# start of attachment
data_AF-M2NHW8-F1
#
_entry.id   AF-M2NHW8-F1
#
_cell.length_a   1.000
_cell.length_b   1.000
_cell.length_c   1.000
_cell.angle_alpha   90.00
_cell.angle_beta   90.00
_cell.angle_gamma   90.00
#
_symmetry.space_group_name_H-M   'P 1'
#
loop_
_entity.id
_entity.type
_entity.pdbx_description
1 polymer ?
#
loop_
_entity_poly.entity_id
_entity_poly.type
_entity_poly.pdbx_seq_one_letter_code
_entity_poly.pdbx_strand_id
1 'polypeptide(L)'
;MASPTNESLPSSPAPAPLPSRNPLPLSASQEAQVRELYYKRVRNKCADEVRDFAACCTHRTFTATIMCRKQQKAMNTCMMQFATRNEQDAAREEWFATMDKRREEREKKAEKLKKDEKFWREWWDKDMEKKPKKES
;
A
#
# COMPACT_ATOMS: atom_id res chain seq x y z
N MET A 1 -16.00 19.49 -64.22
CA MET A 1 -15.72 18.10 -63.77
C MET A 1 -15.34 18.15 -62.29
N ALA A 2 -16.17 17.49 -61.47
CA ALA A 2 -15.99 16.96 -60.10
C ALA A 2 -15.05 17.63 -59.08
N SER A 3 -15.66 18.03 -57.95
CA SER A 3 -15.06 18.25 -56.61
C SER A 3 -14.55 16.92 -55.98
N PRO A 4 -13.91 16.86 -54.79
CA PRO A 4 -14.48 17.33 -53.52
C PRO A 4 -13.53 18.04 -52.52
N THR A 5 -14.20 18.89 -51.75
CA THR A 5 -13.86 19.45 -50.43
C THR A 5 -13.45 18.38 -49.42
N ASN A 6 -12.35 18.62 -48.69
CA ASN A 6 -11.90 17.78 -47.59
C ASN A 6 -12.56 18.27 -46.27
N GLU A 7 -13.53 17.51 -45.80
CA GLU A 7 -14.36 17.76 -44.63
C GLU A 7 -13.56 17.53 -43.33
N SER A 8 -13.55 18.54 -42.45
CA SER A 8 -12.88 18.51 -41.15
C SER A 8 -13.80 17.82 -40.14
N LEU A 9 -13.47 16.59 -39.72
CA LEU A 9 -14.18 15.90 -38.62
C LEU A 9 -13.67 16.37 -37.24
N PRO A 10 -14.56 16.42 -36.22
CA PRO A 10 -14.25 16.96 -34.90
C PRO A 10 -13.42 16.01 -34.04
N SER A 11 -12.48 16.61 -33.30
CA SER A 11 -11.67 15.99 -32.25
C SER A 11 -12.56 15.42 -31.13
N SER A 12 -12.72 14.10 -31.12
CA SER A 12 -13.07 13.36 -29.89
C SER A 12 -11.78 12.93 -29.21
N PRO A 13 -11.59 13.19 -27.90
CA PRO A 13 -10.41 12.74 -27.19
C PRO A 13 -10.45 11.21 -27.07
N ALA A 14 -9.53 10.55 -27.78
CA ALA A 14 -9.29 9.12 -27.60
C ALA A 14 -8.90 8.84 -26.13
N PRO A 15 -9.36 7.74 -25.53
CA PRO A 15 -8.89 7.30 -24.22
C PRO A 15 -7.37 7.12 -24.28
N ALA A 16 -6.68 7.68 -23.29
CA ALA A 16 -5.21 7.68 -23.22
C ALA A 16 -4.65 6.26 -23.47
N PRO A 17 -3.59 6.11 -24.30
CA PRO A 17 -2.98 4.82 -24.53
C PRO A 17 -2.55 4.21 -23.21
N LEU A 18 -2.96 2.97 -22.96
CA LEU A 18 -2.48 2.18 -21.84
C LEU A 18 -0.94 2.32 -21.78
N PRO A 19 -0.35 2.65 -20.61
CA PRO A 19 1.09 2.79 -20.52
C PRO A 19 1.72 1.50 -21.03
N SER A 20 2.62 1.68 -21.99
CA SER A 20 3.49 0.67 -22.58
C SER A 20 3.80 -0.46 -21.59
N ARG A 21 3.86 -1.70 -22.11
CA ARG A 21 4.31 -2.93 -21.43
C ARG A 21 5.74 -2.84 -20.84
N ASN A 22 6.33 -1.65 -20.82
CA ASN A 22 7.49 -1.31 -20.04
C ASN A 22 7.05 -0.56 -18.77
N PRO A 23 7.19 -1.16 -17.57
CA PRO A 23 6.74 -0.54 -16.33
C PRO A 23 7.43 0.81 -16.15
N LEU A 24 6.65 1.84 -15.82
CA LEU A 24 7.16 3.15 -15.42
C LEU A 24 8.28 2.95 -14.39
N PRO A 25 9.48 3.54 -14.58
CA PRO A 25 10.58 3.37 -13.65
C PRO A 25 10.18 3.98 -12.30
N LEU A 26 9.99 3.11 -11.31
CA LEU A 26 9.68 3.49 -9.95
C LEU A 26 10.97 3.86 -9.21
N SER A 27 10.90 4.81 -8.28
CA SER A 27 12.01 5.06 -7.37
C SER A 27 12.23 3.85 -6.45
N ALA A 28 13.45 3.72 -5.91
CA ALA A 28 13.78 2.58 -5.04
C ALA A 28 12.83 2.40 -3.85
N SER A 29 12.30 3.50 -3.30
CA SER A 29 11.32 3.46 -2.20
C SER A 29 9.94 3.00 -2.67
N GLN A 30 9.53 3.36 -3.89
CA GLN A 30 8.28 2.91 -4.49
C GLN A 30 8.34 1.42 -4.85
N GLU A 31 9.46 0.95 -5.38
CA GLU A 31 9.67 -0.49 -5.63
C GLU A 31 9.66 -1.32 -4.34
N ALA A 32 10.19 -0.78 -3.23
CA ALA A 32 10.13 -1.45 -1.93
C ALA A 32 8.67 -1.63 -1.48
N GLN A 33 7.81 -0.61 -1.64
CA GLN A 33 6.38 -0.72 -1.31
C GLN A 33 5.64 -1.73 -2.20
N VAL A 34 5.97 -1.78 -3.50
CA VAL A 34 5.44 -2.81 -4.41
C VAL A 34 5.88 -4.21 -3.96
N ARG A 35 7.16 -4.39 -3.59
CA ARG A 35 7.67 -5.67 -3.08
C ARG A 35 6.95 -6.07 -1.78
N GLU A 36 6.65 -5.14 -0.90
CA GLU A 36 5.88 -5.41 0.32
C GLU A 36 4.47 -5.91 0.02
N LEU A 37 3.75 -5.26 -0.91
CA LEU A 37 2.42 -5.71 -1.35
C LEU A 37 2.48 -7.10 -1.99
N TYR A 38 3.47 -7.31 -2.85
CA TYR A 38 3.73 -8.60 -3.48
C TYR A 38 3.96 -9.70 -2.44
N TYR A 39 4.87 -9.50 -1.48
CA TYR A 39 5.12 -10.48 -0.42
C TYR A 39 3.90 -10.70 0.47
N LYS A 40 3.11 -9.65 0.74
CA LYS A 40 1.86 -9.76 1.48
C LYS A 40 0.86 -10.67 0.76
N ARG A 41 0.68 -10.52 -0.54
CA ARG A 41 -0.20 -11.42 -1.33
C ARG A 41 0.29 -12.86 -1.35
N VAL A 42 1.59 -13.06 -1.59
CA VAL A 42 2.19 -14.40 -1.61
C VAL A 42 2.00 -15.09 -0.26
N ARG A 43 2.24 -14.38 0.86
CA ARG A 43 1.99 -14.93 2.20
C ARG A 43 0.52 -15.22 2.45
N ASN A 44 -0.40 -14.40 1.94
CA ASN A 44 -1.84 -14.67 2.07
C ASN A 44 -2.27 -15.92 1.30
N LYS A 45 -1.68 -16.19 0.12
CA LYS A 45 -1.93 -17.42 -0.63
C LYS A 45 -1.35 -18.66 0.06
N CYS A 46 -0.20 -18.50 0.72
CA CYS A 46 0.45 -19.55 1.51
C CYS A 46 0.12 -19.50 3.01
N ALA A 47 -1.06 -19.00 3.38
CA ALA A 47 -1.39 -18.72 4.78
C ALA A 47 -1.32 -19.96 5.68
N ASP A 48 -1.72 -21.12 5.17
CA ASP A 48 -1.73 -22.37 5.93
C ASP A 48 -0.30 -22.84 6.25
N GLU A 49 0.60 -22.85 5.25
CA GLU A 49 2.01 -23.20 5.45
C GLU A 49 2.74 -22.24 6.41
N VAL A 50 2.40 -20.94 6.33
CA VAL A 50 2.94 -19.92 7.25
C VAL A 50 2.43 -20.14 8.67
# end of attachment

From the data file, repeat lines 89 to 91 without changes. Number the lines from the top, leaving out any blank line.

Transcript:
CA SER A 20 3.49 0.67 -22.58
C SER A 20 3.80 -0.46 -21.59
N ARG A 21 3.86 -1.70 -22.11